Bitcoin digital wallet
Allaire is the co-founder and CEO of Circle, a digital currency startup that also touts a bitcoin wallet, which the company released last September. While bitcoin has grown in popularity in recent years, it’s still widely seen as money for privacy-minded geeks. Allaire wants to change that perception, which is why the next version of Circle’s wallet is designed to let users also hold, send, and receive US dollars.
In other words, the Circle wallet will soon work just like Venmo or any other money-transfer app, except it also works seamlessly with bitcoin, so you can handle your money in the form you value the most. The new features are slowly rolling out to Circle users over the next few weeks, but you can sign up for a preview today.
“We’ve been in a kind of ‘speculative value’ phase with bitcoin so far, which has been all about bitcoin the asset, and people trading, buying and selling it, ” says Allaire. “But mainstream users should also be able to get the benefits of the utility value of the bitcoin protocol—how it’s instant, global, secure and free.”
A Hybrid System
Allaire acknowledges that the idea behind its wallet has already been out in the wild. Using bitcoin as part of a payment system is not a new phenomenon, especially among online payments startups. BitPay, Coinbase and Braintree—which feed into both eBay and PayPal—can already process bitcoin for merchants. In February, influential payments startup Stripe, which helps drive payments on everything from Facebook to Lyft, also went all-in onbitcoin bandwagon.
We want to allow people to be able to send and receive money not through yet another walled garden, but through the behaviors they already have, like email and messaging. Jeremy Allaire, CEO, Circle
But as Allaire points out, these payment processor startups simply give merchants the ability to receive bitcoin payments, which are instantly converted to the currency of the merchants’ choice. For the everyday consumers, user-friendly options for paying with bitcoin are limited, which has slowed mainstream adoption of the digital currency.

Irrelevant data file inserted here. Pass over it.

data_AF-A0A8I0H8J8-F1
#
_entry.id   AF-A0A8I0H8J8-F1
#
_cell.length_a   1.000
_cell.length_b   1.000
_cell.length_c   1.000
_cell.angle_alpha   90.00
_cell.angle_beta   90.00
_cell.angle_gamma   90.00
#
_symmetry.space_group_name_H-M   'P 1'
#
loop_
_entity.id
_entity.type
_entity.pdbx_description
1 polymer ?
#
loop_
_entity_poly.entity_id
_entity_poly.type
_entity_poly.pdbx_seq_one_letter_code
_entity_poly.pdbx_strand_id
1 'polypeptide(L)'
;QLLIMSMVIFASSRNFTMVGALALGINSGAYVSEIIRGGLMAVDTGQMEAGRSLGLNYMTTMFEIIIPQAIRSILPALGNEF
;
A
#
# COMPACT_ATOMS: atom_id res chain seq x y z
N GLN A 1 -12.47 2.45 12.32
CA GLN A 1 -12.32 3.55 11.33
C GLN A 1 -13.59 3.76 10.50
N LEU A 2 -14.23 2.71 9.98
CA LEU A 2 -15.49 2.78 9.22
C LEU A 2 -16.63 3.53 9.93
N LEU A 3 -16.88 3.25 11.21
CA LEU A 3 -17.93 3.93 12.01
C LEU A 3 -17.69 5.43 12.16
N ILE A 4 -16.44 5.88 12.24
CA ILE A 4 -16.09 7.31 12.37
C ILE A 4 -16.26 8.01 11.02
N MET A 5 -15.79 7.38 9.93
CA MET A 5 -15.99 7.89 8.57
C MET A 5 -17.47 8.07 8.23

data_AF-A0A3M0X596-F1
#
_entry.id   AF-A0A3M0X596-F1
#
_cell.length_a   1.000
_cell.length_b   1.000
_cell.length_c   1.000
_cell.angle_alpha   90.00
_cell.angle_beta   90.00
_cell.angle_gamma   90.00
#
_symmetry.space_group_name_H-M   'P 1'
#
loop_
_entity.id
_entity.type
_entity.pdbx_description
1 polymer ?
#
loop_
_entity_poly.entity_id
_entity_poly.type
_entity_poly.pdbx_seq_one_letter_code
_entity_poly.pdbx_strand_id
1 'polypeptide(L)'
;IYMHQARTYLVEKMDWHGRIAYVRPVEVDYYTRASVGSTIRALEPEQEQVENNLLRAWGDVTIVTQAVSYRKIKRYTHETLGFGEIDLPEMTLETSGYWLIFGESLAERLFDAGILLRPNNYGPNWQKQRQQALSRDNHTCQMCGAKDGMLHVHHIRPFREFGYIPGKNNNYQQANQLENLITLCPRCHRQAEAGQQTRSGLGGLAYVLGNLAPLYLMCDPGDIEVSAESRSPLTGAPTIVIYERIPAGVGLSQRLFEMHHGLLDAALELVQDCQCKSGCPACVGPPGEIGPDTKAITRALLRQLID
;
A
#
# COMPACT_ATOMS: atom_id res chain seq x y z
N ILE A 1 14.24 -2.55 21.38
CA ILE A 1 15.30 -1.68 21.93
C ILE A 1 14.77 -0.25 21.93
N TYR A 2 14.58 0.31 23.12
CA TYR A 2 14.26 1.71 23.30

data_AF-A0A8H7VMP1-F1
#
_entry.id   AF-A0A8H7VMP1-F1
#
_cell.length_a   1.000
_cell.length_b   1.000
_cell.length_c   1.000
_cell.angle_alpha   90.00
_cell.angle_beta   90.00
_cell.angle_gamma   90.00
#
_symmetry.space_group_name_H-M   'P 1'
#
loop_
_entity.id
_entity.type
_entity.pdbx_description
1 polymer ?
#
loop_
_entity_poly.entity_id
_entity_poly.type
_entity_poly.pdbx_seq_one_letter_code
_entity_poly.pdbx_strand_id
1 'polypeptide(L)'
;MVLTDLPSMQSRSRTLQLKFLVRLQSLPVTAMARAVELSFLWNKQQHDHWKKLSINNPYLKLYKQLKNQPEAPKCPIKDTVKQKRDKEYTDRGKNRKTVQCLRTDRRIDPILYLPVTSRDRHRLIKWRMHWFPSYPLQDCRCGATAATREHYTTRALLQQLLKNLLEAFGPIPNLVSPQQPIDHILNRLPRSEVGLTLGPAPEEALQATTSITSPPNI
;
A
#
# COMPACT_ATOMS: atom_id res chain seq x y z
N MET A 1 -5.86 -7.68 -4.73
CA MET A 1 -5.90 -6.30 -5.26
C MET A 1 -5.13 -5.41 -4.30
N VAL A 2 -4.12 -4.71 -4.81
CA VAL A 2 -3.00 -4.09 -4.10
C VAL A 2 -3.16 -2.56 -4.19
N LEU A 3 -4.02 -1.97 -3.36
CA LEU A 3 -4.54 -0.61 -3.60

Circle’s new features are meant to reduce the friction of using bitcoin. “If I say I believe in the bitcoin movement and I want to hold bitcoin instead of dollars, but a friend doesn’t necessarily care about bitcoin, or even care that I want to have bitcoin, that’s fine, ” Allaire says. “Circle will convert any money that friend sends me to bitcoin, but make it so that they would still be sending dollars.”
One other feature the company offers is absorbing the risk of volatility in case the value of bitcoin fluctuates during a money transfer—it freezes bitcoin’s value right when the sender initiates the transaction.
He compares the broader effort to the way information travels online. “The bet we’re making as a company is that we’re moving into this phase where value transfer is based on open protocols in the same way that transferring information on the internet is based on open protocols, ” he says.
Eventually, Allaire explains, Circle wants to be able to make it so that transferring money is just as free as moving any other kind of information on the internet across countries and borders. But it’s trickier, he says, because of bureaucracy, which requires banking partners in different countries and licensing from governments. Circle already has some operations set up in Europe, and it’s eyeing China, Allaire says.
But Allaire is a bitcoin believer who thinks true cross-border payments are only a matter of time. “We want to allow people to be able to send and receive money not through yet another walled garden, but through the behaviors they already have, like email and messaging, ” he says.
Leading the Way
With its updated wallet, Circle joins a slew of other tech startups that have recently cropped up to upend stodgy financial institutions and their slow-moving ways. Efforts from these companies are infusing old-school industries with high tech mojo, letting people do things like draw intelligent information from static bank statements and even transforming bank services like home loan financing and small business loans. Wall Street has started to pay attention—and is even fueling some of these efforts.
Case in point: Last night Circle revealed it picked up a new $50 million round of funding, co-led by Goldman Sachs and IDG Capital Partners.
“They’ve realized that Silicon Valley is where innovation is happening, ” Allaire says. “It’s software-based and internet-based, and they’re not historically companies that have led in that area—so it makes sense that they want to partner and learn.”